It is common in the IT industry for laws to not keep up with technological advances. So, when a new technology emerges, there is no law to regulate it for the time being. However, after these “good times” have passed, regulations are created, and disputes arise between stakeholders.
Facebook founder Mark Zuckerberg declared a 'war' against Apple. The reason for the declaration of war is interesting. It is because of the user's data.
Apple said that starting in 2021, it will put a process for obtaining user consent when app developers track iPhone users' data. It is intended to protect users' information. However, Facebook is currently running an advertising business based on users’ data. If Apple strengthens the protection of user information, it is difficult for Facebook to an advertising business based on users’ data. For Facebook, it is a very important matter.
The New York Times reported in an article on December 16 that 'depending on which company wins this dispute, the appearance of the Internet may change over the next several years.' Until now, users have agreed to track their information when installing the Facebook app without thinking. However, if another procedure is added in the future, it is expected that many users will not agree to the collection of their information.
Apple is making enough profits with the iPhone, iPad and MacBook. Therefore, it is not necessary for Apple to collect users’ data. But for Facebook, things are completely different. Facebook, which doesn’t have its own hardware, is running a platform business and advertise business. If Facebook doesn't get user information, the advantage of having a huge number of users would be overshadowed. Because of this, Mark Zuckerberg even instructed Facebook executives and emplyees to use Android phones rather than iPhones.
By the way, there is a problem in their dispute. These things are done without the opinions of users. Not long ago, an incident occurred in which platform companies in various countries, including Facebook, used personal information inappropriately. There was also an incident in which the personal information of tens of millions of people using Facebook was leaked.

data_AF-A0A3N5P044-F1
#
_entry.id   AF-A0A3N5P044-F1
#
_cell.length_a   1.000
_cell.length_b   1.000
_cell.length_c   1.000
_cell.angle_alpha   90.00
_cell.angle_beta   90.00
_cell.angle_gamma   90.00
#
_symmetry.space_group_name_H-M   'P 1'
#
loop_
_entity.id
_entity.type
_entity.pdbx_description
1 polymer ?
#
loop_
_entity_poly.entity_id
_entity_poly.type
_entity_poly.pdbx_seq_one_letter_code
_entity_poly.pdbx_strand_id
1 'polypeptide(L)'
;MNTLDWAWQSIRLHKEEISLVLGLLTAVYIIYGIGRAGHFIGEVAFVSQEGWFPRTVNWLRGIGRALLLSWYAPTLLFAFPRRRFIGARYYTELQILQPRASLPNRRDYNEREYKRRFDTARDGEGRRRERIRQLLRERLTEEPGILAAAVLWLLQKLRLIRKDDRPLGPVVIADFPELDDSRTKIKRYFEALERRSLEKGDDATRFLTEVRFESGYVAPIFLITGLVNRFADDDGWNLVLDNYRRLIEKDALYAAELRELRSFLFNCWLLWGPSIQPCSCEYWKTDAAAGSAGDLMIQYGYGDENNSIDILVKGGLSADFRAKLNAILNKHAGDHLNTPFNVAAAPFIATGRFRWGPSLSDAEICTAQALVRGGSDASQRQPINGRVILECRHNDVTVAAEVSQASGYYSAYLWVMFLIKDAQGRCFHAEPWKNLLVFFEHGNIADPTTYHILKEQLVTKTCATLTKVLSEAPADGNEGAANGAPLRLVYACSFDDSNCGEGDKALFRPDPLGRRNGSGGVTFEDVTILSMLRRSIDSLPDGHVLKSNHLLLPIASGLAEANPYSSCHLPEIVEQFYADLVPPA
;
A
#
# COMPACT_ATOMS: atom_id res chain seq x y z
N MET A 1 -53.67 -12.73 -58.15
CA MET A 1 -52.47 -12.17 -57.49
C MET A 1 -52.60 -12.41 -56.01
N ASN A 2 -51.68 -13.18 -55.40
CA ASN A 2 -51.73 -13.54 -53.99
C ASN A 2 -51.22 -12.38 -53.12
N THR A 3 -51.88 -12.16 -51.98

Apple CEO Tim Cook said, "Apple doesn't trade users' privacy. For Apple, personal information is human rights and citizenship." This is a good word to hear. But if you think more about it, since Apple is a hardware company, they can get various data through the hardware that they sell without going through a specific app.
Facebook has placed full-page advertisements in major US media. In an advertisement, Facebook claimed, "Apple is using the App Store to engage in anti-competitive actions that increase their profits at the expense of developers and small businesses." Facebook predicts that if advertising is not optimized for users, advertisers will see a drop in sales of more than 60% per dollar of advertising.
The problem is that there is no awareness of users' rights about big data in this war. Apple emphasizes users’ rights, but you need an Apple ID to use Apple devices. And Apple collects and uses various user data through essential apps installed on the device. And Facebook says they are concerned about small business owners, but they have never paid general users a monetary reward for the big data they collected.
Let’s think about this. The right to users’ information rests with the user. Big data created with it must also be used with the consent of the user. But what are we seeing now?
Apple is trying to exclude other platforms while collecting users' personal information as a bait for hardware. Facebook is trying to collect more personal information and use it in its advertising business. In these disputes, the rights of users are not an important factor. This is why it is very bitter to watch this 'war'.
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